3 Steps Towards Emergency Preparedness
September is National Preparedness Month. Are you ready in the event of an emergency? Regardless of where you live, chances are, there will be a time when you’re faced with an emergency situation. Heavy rains can cause flooding, wind could disable power to your home and businesses, or natural disasters could hit unexpectedly. While you can’t predict when a disaster will happen, you can prepare yourself with supplies and knowledge.
The Centers for Disease Control and Prevention (CDC) has resources to assist families as they plan for a potential emergency. Many people underestimate how far a little preparedness can take them when a disaster strikes.
STEP 1: Make a Kit
The first step is to prepare a supply kit that has the essential items for the first 72 hours after an emergency. This includes water, non-perishable food, batteries, blankets, and first aid supplies. It’s also a good idea to write down the phone numbers and addresses of your family and store it inside of your emergency kit. You may not be able to search for it online or on your phone during a crisis. Don’t forget to stash food for your pets as well! Finally, be sure to store the kit in a location where everyone can find it.
STEP 2: Make a Plan
Once you’ve assembled your kit, you should discuss the plan of action for after an emergency. If you needed to, would you know how to shut off gas, electricity and water? How will you communicate with those closest to you? Texting is easier than calling in the moments following a disaster, and are a great way to let others know that you’re safe. Local phone lines will likely be overwhelmed in the moments following a disaster…do you have an out of town relative that you can all reach out to and communicate with should you be unable to reach one another locally?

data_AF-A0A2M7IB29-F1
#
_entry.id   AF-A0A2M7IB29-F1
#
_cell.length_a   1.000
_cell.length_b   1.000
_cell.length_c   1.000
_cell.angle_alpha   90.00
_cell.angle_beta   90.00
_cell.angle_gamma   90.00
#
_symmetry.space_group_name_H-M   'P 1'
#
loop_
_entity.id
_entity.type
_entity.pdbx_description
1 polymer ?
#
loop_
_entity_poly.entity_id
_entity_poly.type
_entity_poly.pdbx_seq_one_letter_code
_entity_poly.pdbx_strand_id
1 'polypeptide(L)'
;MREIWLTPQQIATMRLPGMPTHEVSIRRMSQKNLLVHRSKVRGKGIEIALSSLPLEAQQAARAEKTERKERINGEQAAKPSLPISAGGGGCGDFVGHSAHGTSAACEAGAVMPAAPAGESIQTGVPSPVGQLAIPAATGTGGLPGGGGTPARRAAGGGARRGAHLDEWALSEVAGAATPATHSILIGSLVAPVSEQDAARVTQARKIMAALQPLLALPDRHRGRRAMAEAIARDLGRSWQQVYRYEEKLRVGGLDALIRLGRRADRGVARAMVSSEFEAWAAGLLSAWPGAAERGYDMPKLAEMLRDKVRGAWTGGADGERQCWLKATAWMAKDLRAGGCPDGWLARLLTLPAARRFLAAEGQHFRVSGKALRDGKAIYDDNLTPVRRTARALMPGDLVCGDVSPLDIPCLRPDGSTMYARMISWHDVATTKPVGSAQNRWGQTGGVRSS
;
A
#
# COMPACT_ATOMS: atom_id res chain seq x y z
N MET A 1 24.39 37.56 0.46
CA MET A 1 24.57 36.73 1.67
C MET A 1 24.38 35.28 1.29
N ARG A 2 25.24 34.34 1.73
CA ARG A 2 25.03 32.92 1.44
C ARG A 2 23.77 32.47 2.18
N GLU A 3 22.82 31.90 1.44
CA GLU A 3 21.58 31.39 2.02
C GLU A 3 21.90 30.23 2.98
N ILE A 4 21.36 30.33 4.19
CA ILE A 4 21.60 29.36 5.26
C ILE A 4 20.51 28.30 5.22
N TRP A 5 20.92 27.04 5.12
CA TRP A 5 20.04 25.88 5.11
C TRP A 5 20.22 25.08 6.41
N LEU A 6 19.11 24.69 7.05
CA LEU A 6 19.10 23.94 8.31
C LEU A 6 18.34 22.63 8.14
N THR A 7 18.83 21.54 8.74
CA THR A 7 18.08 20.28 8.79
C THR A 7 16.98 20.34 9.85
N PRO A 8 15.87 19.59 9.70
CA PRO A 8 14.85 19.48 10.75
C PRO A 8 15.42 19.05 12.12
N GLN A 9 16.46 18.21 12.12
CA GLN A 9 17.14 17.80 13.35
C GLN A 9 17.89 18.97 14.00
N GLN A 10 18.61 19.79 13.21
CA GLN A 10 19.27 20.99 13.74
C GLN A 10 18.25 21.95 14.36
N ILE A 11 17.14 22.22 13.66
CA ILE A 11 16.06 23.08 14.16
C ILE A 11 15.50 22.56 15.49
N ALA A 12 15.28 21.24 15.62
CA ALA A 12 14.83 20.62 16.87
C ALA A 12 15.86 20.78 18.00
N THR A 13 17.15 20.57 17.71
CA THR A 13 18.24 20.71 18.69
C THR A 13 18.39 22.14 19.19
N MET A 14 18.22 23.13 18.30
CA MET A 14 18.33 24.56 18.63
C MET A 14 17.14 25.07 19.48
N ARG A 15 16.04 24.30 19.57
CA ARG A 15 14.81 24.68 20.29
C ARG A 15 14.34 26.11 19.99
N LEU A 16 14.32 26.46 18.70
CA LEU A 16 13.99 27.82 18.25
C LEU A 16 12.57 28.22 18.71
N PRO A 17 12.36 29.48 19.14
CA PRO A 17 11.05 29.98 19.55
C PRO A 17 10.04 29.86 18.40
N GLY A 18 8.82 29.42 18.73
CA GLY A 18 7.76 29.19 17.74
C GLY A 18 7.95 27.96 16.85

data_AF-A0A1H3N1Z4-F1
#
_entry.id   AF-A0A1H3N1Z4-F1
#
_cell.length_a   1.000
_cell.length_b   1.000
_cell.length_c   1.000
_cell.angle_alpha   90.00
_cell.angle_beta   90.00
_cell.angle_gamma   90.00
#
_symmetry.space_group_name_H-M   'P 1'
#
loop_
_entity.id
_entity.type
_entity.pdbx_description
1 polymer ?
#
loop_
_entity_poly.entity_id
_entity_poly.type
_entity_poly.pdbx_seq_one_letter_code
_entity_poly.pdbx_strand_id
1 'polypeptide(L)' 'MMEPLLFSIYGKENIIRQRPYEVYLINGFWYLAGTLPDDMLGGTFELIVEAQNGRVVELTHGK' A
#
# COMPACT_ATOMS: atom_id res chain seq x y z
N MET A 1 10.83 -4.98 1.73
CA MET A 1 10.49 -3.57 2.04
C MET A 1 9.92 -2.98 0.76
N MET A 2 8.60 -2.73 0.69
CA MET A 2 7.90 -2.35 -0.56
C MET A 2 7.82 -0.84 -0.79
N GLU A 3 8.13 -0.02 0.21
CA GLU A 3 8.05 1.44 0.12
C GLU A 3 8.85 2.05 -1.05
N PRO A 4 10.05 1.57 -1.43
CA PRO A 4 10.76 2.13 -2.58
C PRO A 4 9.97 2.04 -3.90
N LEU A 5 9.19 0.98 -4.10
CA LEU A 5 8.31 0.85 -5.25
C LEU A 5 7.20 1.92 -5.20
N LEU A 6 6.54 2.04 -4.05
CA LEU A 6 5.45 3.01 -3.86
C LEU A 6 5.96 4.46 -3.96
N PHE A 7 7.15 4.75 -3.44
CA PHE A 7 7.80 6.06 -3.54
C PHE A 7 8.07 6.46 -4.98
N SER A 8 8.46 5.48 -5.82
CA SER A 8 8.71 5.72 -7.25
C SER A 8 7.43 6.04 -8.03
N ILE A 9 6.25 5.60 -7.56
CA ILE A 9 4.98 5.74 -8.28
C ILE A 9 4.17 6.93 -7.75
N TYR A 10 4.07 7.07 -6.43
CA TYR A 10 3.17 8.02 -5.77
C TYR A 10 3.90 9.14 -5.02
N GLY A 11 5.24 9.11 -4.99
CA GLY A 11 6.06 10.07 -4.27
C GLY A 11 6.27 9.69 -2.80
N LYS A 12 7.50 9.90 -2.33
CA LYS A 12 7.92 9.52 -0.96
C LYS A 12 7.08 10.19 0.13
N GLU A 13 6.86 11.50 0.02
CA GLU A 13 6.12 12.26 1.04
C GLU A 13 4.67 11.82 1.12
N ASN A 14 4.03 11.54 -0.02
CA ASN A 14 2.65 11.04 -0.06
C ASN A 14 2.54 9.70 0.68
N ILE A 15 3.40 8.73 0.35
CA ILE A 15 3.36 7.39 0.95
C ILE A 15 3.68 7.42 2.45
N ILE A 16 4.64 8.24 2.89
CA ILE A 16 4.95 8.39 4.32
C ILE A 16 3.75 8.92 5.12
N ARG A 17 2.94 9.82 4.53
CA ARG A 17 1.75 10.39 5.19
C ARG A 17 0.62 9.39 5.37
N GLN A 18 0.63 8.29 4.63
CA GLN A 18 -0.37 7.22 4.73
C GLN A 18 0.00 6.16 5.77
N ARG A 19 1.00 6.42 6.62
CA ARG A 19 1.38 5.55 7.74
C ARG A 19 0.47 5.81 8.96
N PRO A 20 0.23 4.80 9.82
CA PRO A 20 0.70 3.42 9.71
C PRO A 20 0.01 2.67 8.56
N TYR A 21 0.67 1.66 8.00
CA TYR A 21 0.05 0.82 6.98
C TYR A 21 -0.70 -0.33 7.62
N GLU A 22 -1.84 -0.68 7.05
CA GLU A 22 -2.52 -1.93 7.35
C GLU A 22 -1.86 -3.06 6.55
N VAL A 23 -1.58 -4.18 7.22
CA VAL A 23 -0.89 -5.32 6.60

You also need to discuss places to meet. Remember… different disasters may require you to go to different places, so it’s a good idea to have a few planned spots to head for, both in and out of your immediate neighborhood.
STEP 3: Make Sure You’re Informed
Which types of emergencies are most likely to occur in your area? Do you know how to respond to each one? Take a few minutes to review the potential threats that occur with each possible disaster. Be sure that you know what to do in the event of earthquakes, high winds, floods, and severe weather.
Do you know how your community gets the word out about potential dangers? Some local governments text alerts to local residents, others use sirens…would you know what the siren meant if you heard it?
Do you know which local stations broadcast information, designated shelters and evacuation instructions for your region? The best time to seek out this information is before you need it. Commit to finding this information now, and sharing it with your family and friends.
Sign up for alerts in your area at http://www.ready.gov/alerts
Read more tips on emergency preparedness at http://www.cdc.gov/features/beready/